I fell in love with Blanche and Oakes Ames (1874-1950) years ago when I came across a book in the library, Jottings of a Harvard Botanist (1979), a collection of Ames’s letters and other writings complied by his daughter, Pauline Ames Plimpton. I enjoy reading about the human side of science and this book filled the bill. It was so memorable that years later when I fell in love with herbaria, I visited the Oakes Ames Orchid Herbarium at Harvard, the collection he donated to the University after a long career there investigating orchid systematics. What was particularly striking to me was that the collection includes sheets with watercolor drawings of orchids done by his wife Blanche, whom I already “knew” from Jottings. In this series of posts, I want to write about both of them and the plants that were so much a part of their lives.
Oakes Ames did most of his research in the 20th century, but in terms of lifestyle, he was in the 19th century tradition of the gentleman botanist. He came from a family that had made its money on shovels supplied to the California gold rush, the Union Army, and construction of the Union Pacific Railroad in which the family invested heavily. In an autobiographical sketch, Ames wrote: “There was no precedent in our family to be devoted to botanical research. My father, his brother and his cousin took the usual interest in herbaria, . . . gardens and greenhouses” (Plimpton, 1979, 64). In other words, at that time, men of their class routinely had a curiosity about plants, with Ames’s uncle having a significant orchid collection, but Oakes’s dedication was at a different level.
When Ames was a teenager, his father’s health was failing, and to occupy time his father and a nurse would drive through the countryside, collect plants, and bring them home to identify. Ames became intrigued and joined in. One day he was struck by how the light shone on dendrobium flowers in his father’s room, and that set him on the path of trying to learn as much as he could about orchids, a passion that motivated him for the rest of his life. He attended Harvard University, vowing to take every botany course they offered. At home, he built a collection of orchids in the family’s greenhouses and also started a herbarium. After Oakes completed his master’s degree, George Goodale, one of his professors and Asa Gray’s heir as Harvard professor of botany, offered Ames a position as assistant director of Harvard’s Botanic Garden. Ten years later, Ames became director, a post he held until 1922 when he resigned out of frustration because the university failed to properly support the garden. There will be more on Ames’s career as a Harvard botanist in a future post. For now, I want to divert the story to romance.
While at Harvard, Ames attended a social event at Smith College accompanied by a friend, Butler Ames, no relation. Butler’s sister Blanche (1878-1969) was a Smith student studying art, and Oakes was smitten. For her 21st birthday, he sent her a 17-volume set of art books specially bound in hand-tooled yellow leather, an over-the-top gift considered inappropriate for someone to whom he was not betrothed. He soon remedied this by proposing to her, and they were married in 1900. By 1902 they had had their first child, Pauline, and their first publication for which Blanche had done the illustrations, a role she was to play for the rest of her life (Clark, 2001). Unlike many artist-spouses, Blanche was always given due credit since she initialed even the smallest sketch. She often accompanied Oakes on collecting trips to Latin America, the Philippines, and Europe. Again, I’ll put off saying more about her here since I’ll dedicate my next post to her work in and out of botany. It will become clear that being married to an orchid taxonomist, even a wealthy one, was not always easy.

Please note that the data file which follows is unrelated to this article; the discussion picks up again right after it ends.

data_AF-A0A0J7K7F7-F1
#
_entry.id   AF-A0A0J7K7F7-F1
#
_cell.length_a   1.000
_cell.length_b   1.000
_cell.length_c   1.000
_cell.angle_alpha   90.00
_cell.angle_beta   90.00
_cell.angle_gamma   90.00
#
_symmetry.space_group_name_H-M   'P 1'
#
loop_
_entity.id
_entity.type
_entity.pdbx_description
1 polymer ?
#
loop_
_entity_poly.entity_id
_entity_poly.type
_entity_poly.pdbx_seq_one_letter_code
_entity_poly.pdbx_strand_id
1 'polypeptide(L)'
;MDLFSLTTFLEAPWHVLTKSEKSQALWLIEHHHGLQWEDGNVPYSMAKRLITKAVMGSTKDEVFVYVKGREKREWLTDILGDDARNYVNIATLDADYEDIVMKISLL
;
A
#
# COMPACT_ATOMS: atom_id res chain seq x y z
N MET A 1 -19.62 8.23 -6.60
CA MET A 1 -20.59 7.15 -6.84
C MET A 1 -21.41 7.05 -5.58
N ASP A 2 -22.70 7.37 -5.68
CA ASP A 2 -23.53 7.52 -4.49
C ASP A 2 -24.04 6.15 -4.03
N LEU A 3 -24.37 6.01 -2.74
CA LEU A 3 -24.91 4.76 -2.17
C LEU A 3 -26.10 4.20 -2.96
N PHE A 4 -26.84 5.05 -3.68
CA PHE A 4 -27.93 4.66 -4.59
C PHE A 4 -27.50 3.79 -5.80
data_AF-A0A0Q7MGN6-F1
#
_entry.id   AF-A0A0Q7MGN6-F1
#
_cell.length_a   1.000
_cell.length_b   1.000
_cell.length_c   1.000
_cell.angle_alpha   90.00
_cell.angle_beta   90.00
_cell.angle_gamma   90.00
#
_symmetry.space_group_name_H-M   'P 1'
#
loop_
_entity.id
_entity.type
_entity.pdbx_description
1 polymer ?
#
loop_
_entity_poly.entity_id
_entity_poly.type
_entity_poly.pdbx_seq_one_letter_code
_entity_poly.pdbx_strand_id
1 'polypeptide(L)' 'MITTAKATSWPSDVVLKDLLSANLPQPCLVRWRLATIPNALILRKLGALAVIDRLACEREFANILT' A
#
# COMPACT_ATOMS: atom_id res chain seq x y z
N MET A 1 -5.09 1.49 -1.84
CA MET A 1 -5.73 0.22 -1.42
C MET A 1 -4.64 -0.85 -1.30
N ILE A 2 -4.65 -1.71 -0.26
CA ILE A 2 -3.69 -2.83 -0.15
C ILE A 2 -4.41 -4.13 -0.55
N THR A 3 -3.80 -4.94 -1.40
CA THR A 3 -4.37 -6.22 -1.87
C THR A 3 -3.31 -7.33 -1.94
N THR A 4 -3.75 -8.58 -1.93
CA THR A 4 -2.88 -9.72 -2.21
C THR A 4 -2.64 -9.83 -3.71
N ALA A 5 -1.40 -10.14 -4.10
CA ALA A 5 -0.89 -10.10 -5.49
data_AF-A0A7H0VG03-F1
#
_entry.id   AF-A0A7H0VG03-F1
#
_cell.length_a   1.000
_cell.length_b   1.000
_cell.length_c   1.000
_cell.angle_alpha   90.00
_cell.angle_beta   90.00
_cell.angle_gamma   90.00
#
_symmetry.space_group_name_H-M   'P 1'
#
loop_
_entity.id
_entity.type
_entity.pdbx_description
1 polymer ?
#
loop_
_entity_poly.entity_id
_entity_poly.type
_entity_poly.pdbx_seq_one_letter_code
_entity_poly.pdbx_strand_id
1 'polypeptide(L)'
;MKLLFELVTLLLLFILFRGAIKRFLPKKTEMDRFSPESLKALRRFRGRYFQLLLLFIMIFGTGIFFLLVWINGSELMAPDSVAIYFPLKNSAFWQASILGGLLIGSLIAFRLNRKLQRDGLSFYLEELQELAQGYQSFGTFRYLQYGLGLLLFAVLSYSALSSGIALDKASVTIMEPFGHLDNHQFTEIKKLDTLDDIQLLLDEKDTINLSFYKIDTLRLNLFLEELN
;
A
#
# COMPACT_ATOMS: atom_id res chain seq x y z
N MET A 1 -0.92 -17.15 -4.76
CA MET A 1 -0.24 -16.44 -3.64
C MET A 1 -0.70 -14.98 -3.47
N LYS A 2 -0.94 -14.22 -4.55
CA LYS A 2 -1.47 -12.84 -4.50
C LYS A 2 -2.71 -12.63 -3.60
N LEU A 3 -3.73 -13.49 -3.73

Oakes’s dedication to his chosen field was indeed intense. He built up his herbarium not only through his own collecting but by buying collections, including material from the Philippine Bureau of Science, which eventually asked him to write the orchid section of a flora of the Philippines (Merrill, !928). As Leslie Garay (2007) describes it, when Ames received this request he immediately made plans to sail to Europe. This might seem rather odd, except for the fact the great European herbaria held most orchid type specimens:
One of the thrills of my career came in Paris when I turned with breathless interest to the Richard and Goleatti types and drawings to see at last just what was meant by hopelessly obscure words. And then to pin up these precious relics and photograph them in the dim light which filters through dusty window glass. . . . You’re in a sense of happiness I shall not attempt to describe. Once a systematist becomes a slave of types, his contempt for guesswork reaches dizzy heights. Never again can he become content with the uncertainty of words and identification by supposition. Surely the unrest in my soul, caused by doubt, made me determined to represent in my herbaria by every possible means the types of orchids (Plimpton, 1979, 75).
This quote is a good reminder that in the days before digitization, travel to collections was an essential part of a taxonomists life, and photographs, if they could be had, were the next best thing.
Clark, A. B. (2001). My Dear Mrs. Ames: A Study of Suffragist Cartoonist Blanche Ames Ames. New York, NY: P. Lang.
Garay, L. (2007). The orchid herbarium of Oakes Ames. In Orchids at Christmas (pp. 41–50). Cambridge, MA: Botanical Museum of Harvard University.
Merrill, E. D. (1928). Flora of the Philippines. Manila, Philippines: Bureau of Printing.
Plimpton, O. (Ed.). (1979). Oakes Ames: Jottings of a Harvard Botanist. Cambridge, MA: Botanical Museum of Harvard University.